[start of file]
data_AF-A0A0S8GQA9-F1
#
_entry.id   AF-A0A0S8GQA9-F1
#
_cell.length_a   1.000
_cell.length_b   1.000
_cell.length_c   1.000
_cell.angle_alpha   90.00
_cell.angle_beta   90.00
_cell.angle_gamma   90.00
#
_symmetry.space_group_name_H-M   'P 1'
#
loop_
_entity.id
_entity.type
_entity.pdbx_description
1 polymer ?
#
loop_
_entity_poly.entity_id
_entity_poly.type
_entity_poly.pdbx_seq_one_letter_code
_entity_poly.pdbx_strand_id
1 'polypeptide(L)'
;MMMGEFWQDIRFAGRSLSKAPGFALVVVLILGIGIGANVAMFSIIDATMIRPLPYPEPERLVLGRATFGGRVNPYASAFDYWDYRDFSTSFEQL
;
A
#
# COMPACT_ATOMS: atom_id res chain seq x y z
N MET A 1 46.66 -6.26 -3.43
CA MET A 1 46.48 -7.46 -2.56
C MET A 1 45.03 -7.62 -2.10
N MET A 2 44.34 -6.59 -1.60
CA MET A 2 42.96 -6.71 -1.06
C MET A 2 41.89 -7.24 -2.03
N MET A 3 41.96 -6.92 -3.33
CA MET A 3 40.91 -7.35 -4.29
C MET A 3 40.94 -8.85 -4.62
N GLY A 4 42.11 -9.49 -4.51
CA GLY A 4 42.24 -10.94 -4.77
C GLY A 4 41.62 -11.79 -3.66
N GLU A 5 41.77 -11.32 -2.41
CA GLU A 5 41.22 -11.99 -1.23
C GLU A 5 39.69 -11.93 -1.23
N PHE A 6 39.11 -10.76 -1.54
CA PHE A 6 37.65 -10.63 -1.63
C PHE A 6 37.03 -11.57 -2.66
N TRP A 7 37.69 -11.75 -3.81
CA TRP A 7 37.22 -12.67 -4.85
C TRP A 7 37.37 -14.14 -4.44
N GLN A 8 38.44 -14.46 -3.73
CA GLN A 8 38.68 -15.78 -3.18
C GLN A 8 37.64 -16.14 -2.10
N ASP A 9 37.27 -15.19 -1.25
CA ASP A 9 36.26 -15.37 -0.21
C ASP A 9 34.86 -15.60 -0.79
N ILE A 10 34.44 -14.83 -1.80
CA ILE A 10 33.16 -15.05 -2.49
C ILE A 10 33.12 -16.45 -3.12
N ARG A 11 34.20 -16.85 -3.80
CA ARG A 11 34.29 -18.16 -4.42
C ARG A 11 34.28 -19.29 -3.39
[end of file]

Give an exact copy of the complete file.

data_AF-A0A0S8GQA9-F1
#
_entry.id   AF-A0A0S8GQA9-F1
#
_cell.length_a   1.000
_cell.length_b   1.000
_cell.length_c   1.000
_cell.angle_alpha   90.00
_cell.angle_beta   90.00
_cell.angle_gamma   90.00
#
_symmetry.space_group_name_H-M   'P 1'
#
loop_
_entity.id
_entity.type
_entity.pdbx_description
1 polymer ?
#
loop_
_entity_poly.entity_id
_entity_poly.type
_entity_poly.pdbx_seq_one_letter_code
_entity_poly.pdbx_strand_id
1 'polypeptide(L)'
;MMMGEFWQDIRFAGRSLSKAPGFALVVVLILGIGIGANVAMFSIIDATMIRPLPYPEPERLVLGRATFGGRVNPYASAFDYWDYRDFSTSFEQL
;
A
#
# COMPACT_ATOMS: atom_id res chain seq x y z
N MET A 1 46.66 -6.26 -3.43
CA MET A 1 46.48 -7.46 -2.56
C MET A 1 45.03 -7.62 -2.10
N MET A 2 44.34 -6.59 -1.60
CA MET A 2 42.96 -6.71 -1.06
C MET A 2 41.89 -7.24 -2.03
N MET A 3 41.96 -6.92 -3.33
CA MET A 3 40.91 -7.35 -4.29
C MET A 3 40.94 -8.85 -4.62
N GLY A 4 42.11 -9.49 -4.51
CA GLY A 4 42.24 -10.94 -4.77
C GLY A 4 41.62 -11.79 -3.66
N GLU A 5 41.77 -11.32 -2.41
CA GLU A 5 41.22 -11.99 -1.23
C GLU A 5 39.69 -11.93 -1.23
N PHE A 6 39.11 -10.76 -1.54
CA PHE A 6 37.65 -10.63 -1.63
C PHE A 6 37.03 -11.57 -2.66
N TRP A 7 37.69 -11.75 -3.81
CA TRP A 7 37.22 -12.67 -4.85
C TRP A 7 37.37 -14.14 -4.44
N GLN A 8 38.44 -14.46 -3.73
CA GLN A 8 38.68 -15.78 -3.18
C GLN A 8 37.64 -16.14 -2.10
N ASP A 9 37.27 -15.19 -1.25
CA ASP A 9 36.26 -15.37 -0.21
C ASP A 9 34.86 -15.60 -0.79
N ILE A 10 34.44 -14.83 -1.80
CA ILE A 10 33.16 -15.05 -2.49
C ILE A 10 33.12 -16.45 -3.12
N ARG A 11 34.20 -16.85 -3.80
CA ARG A 11 34.29 -18.16 -4.42
C ARG A 11 34.28 -19.29 -3.39